So yes, death to the cockroaches, but in the world of my science-fantasy series, roaches have a beneficial relationship with at least one tribe of humans. In this distant future, men and women have shrunk to a tenth of an inch and they are the last of the Earth’s red blooded creatures. It’s an oxygen rich world where the insects have gotten as large as they were in the Carboniferous Period — some of the flying ones have wingspans of two feet or more. In order to survive, the tiny humans don’t battle bugs but infiltrate and live among them and their cultures are an outgrowth of the insect they adopt. The brown ant people hate the yellow ant people and they detest the beetle people. And everyone hates the cockroach people.
Yes, millions of years from now, roaches are still reviled, but for a different reason.
The ant peoples of this futurity confine their lives to the mounds where they cohabitate with their insects. In order to be accepted by ants (instead of torn apart and eaten by them) the humans have to disguise themselves. They wear antennae and clothing made from the eggshells of pupae or the moltings of larvae, but more importantly, they wear their ants’ colony scent. The ants of a colony recognize each other as kin not by appearance, but with sniffs of their antennae. If some brown ant people stumble into yellow territory, the yellow ants will destroy the browns because they wear the scent of an enemy ant. This makes for a world where tribal divides are absolute and the word “ambassador” does not exist. Men and women with different ants are not recognized as fellow humans but as lesser beings with inferior insects.
The exception in this world is the Britasyte roach people. They are the wanderers of these treacherous lands, something made possible by their roaches exuding a pheromone that repels other insects. The roach people are hated for their dark skin and the stink of their insects and they are resented for their wealth and the freedoms of the roaming life. Sometimes they are hired by the monarchs of the ant nations to pass critical messages, but mostly the Britasytes are show people as well as traders and craftsmen. Their elaborate spectacles feature the forbidden beauty of women dancing to a frenzied music. Before the show, seductive roach girls ply the audience with a drink laced with a hallucinogenic fungus. After the show, the roach men sell the drunken revelers their cloth, jewelry and exotic items from distant lands.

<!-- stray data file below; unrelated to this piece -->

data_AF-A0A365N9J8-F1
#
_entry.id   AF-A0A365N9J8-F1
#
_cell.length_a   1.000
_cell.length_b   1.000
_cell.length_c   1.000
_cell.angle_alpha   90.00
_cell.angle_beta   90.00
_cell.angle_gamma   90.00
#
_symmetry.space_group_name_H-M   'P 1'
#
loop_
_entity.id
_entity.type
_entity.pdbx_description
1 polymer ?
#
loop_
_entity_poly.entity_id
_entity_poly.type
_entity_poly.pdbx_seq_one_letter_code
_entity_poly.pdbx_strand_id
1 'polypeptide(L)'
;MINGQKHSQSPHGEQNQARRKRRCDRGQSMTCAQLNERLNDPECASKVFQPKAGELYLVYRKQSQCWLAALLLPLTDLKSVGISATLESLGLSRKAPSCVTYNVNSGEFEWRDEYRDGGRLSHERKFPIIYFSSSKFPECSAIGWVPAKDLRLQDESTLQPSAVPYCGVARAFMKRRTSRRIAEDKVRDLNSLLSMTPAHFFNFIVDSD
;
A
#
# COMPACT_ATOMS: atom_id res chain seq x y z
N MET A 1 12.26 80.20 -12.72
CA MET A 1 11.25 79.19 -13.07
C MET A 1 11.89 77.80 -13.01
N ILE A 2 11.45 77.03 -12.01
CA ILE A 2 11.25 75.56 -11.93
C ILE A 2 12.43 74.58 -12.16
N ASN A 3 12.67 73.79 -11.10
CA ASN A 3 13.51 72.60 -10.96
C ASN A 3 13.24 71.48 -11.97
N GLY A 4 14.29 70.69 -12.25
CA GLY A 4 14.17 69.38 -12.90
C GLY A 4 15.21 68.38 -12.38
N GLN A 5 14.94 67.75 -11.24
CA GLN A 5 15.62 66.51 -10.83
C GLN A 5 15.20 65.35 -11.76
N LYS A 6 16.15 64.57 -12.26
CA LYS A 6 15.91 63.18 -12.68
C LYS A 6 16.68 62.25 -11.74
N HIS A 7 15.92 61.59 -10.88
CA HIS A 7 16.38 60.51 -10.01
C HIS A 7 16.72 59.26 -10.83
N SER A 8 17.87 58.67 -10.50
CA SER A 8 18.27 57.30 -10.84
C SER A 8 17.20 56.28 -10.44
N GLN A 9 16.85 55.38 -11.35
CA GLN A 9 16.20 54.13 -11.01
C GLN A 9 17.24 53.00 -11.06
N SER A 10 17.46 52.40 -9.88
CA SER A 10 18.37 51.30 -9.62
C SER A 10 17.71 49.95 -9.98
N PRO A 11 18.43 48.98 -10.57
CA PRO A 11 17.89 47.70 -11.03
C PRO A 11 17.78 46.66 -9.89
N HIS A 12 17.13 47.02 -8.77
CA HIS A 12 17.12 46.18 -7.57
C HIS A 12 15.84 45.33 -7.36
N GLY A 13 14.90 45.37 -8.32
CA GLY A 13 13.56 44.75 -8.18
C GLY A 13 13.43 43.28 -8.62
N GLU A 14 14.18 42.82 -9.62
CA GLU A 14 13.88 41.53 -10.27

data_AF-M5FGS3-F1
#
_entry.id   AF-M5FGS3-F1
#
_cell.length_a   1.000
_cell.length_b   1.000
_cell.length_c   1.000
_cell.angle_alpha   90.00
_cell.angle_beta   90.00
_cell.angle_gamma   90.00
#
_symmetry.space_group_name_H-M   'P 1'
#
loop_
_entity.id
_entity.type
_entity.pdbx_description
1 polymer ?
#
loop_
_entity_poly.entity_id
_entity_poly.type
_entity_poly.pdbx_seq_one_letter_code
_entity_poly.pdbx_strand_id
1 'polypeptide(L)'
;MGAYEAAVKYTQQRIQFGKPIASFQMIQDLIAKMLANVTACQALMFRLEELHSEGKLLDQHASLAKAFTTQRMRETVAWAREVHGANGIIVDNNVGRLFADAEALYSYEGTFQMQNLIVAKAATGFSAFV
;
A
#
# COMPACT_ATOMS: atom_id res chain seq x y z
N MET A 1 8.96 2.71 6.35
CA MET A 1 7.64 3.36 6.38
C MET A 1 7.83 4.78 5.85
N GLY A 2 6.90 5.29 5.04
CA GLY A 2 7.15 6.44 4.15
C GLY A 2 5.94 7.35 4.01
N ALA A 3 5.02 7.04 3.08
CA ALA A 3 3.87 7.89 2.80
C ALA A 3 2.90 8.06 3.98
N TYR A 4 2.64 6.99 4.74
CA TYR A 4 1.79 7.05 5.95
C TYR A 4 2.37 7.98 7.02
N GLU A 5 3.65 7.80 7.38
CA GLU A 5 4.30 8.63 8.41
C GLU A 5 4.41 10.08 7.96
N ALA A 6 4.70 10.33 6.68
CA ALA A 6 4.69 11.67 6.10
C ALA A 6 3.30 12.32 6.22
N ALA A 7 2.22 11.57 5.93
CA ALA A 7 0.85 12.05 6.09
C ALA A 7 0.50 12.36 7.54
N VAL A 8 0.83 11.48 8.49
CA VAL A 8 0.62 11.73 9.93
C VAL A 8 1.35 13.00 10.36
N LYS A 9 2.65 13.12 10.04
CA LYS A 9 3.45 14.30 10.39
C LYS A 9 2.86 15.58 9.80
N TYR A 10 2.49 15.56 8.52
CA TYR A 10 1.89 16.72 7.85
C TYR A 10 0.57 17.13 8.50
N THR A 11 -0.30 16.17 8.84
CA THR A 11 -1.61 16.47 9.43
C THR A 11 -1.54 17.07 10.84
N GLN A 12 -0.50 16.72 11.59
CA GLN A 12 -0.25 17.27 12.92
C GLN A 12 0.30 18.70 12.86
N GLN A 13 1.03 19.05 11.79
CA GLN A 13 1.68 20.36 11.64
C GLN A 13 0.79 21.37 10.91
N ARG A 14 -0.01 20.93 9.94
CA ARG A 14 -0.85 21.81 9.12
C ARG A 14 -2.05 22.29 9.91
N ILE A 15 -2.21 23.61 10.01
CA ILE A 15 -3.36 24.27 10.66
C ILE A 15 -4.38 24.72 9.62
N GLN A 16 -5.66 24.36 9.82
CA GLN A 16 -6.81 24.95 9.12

The Roach Tribe lives in constant danger — one of their four clans has been lost for years — but they cannot imagine a life more fulfilling than their own. They call the ant peoples ‘sedites’, a word that degrades them for their settled ways. The Britasytes are sure that no insect is better than the roach which provides them with protection as well as eggs both for eating and as leather for boots and shoes. The largest roaches are draped and bejeweled draft animals that haul sand sleds encrusted with thousands of gems.
My hero, Anand, like so many heroes, is a boy from a mixed marriage and he has a foot in two worlds. Among the ant people, Anand is the lowest of the low — a halfbreed outcaste. Like his father, he was born to a life of salvaging and waste disposal. But his mother, Corra, is a Britasyte who married an outsider to give birth to a spanner: a high status male to serve as a link to a powerful ant nation. Anand will grow up to negotiate trade deals as well as the tribe’s safety — or so he hopes.